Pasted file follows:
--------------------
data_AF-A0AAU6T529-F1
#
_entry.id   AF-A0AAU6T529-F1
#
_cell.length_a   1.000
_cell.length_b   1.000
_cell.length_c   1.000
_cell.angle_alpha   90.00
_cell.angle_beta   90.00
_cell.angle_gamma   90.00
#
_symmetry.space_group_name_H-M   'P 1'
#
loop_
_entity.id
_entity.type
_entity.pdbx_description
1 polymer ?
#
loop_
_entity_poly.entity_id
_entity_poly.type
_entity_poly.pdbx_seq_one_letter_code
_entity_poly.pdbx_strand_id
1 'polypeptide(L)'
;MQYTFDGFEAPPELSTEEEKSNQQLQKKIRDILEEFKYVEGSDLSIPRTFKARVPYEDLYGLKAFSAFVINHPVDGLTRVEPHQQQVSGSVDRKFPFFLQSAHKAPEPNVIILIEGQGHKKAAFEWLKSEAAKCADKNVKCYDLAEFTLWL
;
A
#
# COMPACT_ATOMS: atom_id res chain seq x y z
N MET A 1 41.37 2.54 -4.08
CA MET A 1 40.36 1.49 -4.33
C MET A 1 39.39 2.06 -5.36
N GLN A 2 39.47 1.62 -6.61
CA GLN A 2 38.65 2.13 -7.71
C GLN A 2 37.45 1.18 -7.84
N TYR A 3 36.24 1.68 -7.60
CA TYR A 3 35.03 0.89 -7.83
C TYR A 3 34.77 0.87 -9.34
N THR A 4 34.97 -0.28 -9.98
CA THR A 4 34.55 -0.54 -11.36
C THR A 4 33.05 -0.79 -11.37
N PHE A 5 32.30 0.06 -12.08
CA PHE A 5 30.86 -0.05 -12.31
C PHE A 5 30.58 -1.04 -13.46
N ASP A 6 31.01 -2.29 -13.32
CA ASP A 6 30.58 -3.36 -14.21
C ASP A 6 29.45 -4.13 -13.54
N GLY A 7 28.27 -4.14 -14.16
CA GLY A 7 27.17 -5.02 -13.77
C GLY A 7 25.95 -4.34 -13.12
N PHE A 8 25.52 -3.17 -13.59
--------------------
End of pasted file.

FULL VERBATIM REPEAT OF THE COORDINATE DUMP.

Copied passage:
data_AF-A0AAU6T529-F1
#
_entry.id   AF-A0AAU6T529-F1
#
_cell.length_a   1.000
_cell.length_b   1.000
_cell.length_c   1.000
_cell.angle_alpha   90.00
_cell.angle_beta   90.00
_cell.angle_gamma   90.00
#
_symmetry.space_group_name_H-M   'P 1'
#
loop_
_entity.id
_entity.type
_entity.pdbx_description
1 polymer ?
#
loop_
_entity_poly.entity_id
_entity_poly.type
_entity_poly.pdbx_seq_one_letter_code
_entity_poly.pdbx_strand_id
1 'polypeptide(L)'
;MQYTFDGFEAPPELSTEEEKSNQQLQKKIRDILEEFKYVEGSDLSIPRTFKARVPYEDLYGLKAFSAFVINHPVDGLTRVEPHQQQVSGSVDRKFPFFLQSAHKAPEPNVIILIEGQGHKKAAFEWLKSEAAKCADKNVKCYDLAEFTLWL
;
A
#
# COMPACT_ATOMS: atom_id res chain seq x y z
N MET A 1 41.37 2.54 -4.08
CA MET A 1 40.36 1.49 -4.33
C MET A 1 39.39 2.06 -5.36
N GLN A 2 39.47 1.62 -6.61
CA GLN A 2 38.65 2.13 -7.71
C GLN A 2 37.45 1.18 -7.84
N TYR A 3 36.24 1.68 -7.60
CA TYR A 3 35.03 0.89 -7.83
C TYR A 3 34.77 0.87 -9.34
N THR A 4 34.97 -0.28 -9.98
CA THR A 4 34.55 -0.54 -11.36
C THR A 4 33.05 -0.79 -11.37
N PHE A 5 32.30 0.06 -12.08
CA PHE A 5 30.86 -0.05 -12.31
C PHE A 5 30.58 -1.04 -13.46
N ASP A 6 31.01 -2.29 -13.32
CA ASP A 6 30.58 -3.36 -14.21
C ASP A 6 29.45 -4.13 -13.54
N GLY A 7 28.27 -4.14 -14.16
CA GLY A 7 27.17 -5.02 -13.77
C GLY A 7 25.95 -4.34 -13.12
N PHE A 8 25.52 -3.17 -13.59